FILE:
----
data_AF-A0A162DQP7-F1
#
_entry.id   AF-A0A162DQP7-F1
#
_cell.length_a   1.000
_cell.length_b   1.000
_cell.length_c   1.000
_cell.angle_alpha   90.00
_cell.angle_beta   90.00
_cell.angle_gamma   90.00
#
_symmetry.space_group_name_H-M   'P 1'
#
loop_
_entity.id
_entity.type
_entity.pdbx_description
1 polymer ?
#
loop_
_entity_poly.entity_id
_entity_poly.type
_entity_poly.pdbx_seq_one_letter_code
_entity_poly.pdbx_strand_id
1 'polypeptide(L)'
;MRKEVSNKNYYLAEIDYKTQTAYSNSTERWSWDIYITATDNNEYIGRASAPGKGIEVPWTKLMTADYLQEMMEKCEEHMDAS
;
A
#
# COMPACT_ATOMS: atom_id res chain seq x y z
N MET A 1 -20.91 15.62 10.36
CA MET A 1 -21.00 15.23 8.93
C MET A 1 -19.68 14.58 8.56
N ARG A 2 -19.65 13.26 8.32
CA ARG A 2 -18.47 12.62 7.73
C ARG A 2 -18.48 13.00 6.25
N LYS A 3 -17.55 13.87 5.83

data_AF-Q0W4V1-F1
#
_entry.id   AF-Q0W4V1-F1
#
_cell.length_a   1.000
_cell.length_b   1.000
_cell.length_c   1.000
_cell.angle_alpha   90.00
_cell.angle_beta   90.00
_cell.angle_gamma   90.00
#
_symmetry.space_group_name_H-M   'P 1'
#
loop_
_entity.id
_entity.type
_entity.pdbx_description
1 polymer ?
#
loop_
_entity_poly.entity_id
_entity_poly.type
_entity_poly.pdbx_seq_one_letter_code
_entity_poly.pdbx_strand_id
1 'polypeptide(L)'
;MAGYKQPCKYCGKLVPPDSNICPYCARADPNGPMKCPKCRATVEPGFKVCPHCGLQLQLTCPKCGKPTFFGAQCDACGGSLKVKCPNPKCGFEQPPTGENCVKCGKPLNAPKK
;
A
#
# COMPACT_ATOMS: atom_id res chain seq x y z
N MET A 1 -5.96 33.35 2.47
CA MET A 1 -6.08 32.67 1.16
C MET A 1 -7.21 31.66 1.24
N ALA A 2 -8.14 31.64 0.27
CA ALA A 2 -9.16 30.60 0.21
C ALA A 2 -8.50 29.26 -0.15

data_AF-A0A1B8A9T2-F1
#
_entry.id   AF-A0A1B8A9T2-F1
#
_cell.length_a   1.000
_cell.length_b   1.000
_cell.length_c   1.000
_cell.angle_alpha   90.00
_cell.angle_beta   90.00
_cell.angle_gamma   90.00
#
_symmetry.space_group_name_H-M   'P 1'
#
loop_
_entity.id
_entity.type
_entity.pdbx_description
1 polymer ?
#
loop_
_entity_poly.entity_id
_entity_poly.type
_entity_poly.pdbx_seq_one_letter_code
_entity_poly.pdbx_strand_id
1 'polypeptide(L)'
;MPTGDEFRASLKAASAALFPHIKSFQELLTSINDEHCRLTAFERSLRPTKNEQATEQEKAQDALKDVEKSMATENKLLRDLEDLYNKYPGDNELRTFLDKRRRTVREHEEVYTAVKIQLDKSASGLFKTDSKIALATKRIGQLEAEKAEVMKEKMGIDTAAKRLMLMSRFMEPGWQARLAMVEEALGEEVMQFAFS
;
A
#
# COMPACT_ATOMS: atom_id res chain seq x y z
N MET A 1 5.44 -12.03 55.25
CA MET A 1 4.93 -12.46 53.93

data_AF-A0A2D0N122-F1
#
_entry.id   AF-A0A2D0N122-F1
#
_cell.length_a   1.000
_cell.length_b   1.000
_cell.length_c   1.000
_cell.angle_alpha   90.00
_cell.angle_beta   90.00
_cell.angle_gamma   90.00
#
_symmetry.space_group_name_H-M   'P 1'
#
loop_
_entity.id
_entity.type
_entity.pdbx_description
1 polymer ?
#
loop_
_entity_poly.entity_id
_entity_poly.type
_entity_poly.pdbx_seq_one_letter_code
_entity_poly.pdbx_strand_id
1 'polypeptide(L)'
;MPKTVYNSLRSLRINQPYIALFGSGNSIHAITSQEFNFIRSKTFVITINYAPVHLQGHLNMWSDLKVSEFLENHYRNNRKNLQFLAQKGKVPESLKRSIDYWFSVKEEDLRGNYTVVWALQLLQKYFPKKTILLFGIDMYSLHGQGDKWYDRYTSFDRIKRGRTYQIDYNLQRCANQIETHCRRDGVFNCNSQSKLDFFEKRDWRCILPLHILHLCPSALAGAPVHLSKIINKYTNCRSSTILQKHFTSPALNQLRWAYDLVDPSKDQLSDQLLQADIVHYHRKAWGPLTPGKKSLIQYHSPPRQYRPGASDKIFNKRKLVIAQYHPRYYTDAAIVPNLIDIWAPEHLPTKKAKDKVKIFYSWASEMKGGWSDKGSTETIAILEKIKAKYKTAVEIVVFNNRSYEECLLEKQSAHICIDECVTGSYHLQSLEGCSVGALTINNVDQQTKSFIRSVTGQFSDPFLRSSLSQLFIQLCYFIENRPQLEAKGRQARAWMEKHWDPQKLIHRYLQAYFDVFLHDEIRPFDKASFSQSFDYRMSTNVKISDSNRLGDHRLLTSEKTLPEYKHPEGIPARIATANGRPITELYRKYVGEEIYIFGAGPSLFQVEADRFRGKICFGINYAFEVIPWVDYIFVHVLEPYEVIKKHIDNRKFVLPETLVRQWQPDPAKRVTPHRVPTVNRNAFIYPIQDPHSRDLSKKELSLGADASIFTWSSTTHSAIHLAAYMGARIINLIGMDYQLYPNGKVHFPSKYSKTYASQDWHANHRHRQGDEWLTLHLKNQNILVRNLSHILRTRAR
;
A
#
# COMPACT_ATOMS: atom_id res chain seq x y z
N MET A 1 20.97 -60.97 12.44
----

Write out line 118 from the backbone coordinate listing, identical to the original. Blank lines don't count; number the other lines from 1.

#